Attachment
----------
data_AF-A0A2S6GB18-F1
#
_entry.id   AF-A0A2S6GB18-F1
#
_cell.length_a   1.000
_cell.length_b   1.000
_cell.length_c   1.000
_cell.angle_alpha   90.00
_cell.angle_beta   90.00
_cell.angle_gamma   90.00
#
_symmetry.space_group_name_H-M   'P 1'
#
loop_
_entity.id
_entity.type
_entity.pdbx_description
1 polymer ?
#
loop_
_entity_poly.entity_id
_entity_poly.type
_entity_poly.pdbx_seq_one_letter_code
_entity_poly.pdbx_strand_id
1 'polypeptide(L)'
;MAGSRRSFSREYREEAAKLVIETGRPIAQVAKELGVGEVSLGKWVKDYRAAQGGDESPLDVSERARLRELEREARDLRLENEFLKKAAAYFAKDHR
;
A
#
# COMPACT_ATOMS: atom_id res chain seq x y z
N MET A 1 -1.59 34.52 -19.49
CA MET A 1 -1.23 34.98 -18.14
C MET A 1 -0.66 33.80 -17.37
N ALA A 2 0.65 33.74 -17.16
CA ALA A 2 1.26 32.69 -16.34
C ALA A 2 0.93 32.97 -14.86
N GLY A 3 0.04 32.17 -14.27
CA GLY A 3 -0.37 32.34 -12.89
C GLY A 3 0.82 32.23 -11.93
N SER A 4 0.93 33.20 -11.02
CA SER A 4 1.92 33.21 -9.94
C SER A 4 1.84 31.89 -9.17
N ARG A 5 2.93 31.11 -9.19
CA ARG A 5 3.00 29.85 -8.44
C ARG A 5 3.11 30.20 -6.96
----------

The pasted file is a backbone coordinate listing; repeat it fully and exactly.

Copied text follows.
data_AF-A0A2S6GB18-F1
#
_entry.id   AF-A0A2S6GB18-F1
#
_cell.length_a   1.000
_cell.length_b   1.000
_cell.length_c   1.000
_cell.angle_alpha   90.00
_cell.angle_beta   90.00
_cell.angle_gamma   90.00
#
_symmetry.space_group_name_H-M   'P 1'
#
loop_
_entity.id
_entity.type
_entity.pdbx_description
1 polymer ?
#
loop_
_entity_poly.entity_id
_entity_poly.type
_entity_poly.pdbx_seq_one_letter_code
_entity_poly.pdbx_strand_id
1 'polypeptide(L)'
;MAGSRRSFSREYREEAAKLVIETGRPIAQVAKELGVGEVSLGKWVKDYRAAQGGDESPLDVSERARLRELEREARDLRLENEFLKKAAAYFAKDHR
;
A
#
# COMPACT_ATOMS: atom_id res chain seq x y z
N MET A 1 -1.59 34.52 -19.49
CA MET A 1 -1.23 34.98 -18.14
C MET A 1 -0.66 33.80 -17.37
N ALA A 2 0.65 33.74 -17.16
CA ALA A 2 1.26 32.69 -16.34
C ALA A 2 0.93 32.97 -14.86
N GLY A 3 0.04 32.17 -14.27
CA GLY A 3 -0.37 32.34 -12.89
C GLY A 3 0.82 32.23 -11.93
N SER A 4 0.93 33.20 -11.02
CA SER A 4 1.92 33.21 -9.94
C SER A 4 1.84 31.89 -9.17
N ARG A 5 2.93 31.11 -9.19
CA ARG A 5 3.00 29.85 -8.44
C ARG A 5 3.11 30.20 -6.96